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Smallpox Toolkit
Smallpox Toolkit

 

OVERVIEW  | REGULATIONS & GUIDELINES | BEST PRACTICES | INSTRUCTIONAL RESOURCES | PATIENT RESOURCES  


Overview

Smallpox is a serious, contagious, and sometimes fatal infectious disease. There is no specific treatment for smallpox disease, and the only prevention is vaccination. The pox part of smallpox is derived from the Latin word for “spotted” and refers to the raised bumps that appear on the face and body of an infected person.

There are two clinical forms of smallpox. Variola major is the severe and most common form of smallpox, with a more extensive rash and higher fever. There are four types of variola major smallpox: ordinary (the most frequent type, accounting for 90% or more of cases); modified (mild and occurring in previously vaccinated persons); flat; and hemorrhagic (both rare and very severe). Historically, variola major has an overall fatality rate of about 30%; however, flat and hemorrhagic smallpox usually are fatal. Variola minor is a less common presentation of smallpox, and a much less severe disease, with death rates historically of 1% or less.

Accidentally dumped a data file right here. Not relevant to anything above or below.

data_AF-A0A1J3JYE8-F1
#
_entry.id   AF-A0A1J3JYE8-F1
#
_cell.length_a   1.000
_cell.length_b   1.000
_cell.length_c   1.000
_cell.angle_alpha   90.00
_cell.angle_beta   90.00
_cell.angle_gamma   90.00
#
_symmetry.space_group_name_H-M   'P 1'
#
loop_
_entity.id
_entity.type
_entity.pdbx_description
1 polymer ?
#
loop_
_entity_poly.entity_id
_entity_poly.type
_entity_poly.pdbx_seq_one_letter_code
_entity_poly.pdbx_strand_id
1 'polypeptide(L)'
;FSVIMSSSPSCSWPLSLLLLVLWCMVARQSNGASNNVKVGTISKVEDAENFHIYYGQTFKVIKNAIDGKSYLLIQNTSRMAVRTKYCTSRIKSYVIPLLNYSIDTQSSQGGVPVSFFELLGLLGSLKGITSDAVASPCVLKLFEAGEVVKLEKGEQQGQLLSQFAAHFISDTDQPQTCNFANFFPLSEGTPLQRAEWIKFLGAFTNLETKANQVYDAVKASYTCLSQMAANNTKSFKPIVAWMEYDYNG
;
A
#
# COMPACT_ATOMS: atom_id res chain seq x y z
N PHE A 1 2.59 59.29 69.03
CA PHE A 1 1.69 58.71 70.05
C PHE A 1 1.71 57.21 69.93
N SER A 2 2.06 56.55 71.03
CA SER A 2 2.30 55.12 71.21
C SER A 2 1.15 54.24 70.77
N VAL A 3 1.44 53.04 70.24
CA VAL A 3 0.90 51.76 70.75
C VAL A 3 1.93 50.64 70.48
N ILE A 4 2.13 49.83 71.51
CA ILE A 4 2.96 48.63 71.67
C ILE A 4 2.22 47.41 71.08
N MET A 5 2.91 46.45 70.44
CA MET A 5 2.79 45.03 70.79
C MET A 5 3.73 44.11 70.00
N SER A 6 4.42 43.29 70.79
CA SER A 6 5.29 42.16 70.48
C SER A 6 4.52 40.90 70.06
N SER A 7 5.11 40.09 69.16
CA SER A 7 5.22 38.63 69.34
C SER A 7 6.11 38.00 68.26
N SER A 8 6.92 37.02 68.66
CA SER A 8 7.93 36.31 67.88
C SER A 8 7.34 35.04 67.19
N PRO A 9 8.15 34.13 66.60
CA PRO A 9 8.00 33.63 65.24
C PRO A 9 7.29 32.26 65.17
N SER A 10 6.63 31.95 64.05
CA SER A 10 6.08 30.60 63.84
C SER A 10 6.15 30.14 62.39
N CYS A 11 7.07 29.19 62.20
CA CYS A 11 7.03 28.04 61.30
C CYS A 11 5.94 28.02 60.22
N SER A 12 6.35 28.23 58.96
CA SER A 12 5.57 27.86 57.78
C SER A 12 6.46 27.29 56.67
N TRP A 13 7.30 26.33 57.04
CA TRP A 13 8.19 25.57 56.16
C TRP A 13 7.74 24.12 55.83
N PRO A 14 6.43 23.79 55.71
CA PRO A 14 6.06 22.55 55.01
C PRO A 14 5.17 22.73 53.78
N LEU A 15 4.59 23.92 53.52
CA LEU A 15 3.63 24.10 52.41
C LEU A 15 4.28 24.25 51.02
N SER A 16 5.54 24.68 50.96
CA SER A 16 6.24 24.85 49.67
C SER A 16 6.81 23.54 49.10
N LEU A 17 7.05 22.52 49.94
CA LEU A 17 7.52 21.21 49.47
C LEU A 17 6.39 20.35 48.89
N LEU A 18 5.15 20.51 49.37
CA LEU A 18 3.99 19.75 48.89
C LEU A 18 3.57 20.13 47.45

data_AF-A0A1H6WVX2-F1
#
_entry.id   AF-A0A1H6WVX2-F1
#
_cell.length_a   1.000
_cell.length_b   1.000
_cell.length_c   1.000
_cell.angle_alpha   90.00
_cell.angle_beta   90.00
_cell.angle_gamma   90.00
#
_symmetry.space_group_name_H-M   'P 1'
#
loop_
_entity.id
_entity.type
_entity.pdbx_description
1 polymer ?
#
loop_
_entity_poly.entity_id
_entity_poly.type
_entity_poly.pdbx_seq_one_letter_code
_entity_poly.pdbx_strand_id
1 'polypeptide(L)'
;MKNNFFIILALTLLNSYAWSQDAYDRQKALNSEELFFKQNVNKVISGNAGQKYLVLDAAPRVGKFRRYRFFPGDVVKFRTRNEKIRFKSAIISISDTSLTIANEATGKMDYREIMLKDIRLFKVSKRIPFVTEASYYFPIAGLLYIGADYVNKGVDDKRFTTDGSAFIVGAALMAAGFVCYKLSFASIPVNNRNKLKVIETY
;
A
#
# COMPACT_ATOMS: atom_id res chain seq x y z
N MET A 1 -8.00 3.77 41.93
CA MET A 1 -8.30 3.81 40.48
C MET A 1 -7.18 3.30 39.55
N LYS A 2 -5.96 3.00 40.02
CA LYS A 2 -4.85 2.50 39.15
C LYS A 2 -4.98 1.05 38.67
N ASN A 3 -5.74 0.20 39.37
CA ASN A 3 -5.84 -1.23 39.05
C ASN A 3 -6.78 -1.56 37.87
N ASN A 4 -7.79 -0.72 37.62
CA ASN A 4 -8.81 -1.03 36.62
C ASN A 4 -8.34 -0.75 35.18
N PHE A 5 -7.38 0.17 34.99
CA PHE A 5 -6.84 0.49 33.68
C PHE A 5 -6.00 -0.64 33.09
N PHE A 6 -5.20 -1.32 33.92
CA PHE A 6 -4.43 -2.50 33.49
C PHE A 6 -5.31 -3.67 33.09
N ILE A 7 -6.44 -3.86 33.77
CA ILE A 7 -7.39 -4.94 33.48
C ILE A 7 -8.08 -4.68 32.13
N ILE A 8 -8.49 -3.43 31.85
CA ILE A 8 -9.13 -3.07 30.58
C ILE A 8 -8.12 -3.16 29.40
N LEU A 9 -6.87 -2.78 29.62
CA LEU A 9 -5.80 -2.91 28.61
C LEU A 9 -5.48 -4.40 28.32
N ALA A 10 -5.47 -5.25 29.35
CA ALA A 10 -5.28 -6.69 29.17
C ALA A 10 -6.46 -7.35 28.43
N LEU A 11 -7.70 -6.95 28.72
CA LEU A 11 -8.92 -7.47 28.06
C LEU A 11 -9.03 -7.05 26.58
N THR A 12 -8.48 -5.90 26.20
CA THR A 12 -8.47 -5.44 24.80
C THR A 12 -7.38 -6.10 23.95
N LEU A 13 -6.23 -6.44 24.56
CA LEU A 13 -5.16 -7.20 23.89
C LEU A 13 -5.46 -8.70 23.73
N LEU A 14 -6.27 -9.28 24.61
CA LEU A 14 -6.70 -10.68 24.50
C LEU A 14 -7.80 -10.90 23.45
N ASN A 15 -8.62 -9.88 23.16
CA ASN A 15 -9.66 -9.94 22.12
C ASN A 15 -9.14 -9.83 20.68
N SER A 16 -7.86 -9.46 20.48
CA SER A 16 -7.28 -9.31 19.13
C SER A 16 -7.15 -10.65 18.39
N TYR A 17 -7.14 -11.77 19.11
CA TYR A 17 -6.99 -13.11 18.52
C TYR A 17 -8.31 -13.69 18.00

Smallpox outbreaks have occurred from time to time for thousands of years, but the disease is now eradicated after a successful worldwide vaccination program. The last case of smallpox in the United States was in 1949. The last naturally occurring case in the world was in Somalia in 1977. After the disease was eliminated from the world, routine vaccination against smallpox among the general public was stopped because it was no longer necessary for prevention. Source: CDC

Regulations & Guidelines
CDC

(1) Smallpox

(2) Vaccine Overview

(3) Smallpox Overview for Clinicians

(4) Bioterrorism

(5) Crisis & Emergency Risk Communication (CERC)

WHO

Smallpox

MedlinePlus  Smallpox

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Best Practices

 

 

 

Key Learnings as of September 2015

CDC has a detailed plan to protect Americans against the use of smallpox as a biological weapon. This plan includes the creation and use of special teams of health care and public health workers. If a smallpox case is found, these teams will take steps immediately to control the spread of the disease. Smallpox was wiped out through specific public health actions, including vaccination, and these actions will be used again. Source: CDC


Related Articles

(1) Smallpox: References

(2) News from MedlinePlus

 

 FAQ's

(1) Questions and Answers About Smallpox Disease

(2) What We Learn About Smallpox from Movies - Fact or Fiction

(3) Frequently asked questions and answers on smallpox

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Instructional Resources
Videos

Smallpox Vaccine Administration Video

Image 

From MedlinePlus

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Patient Resources
MedlinePlus

Smallpox

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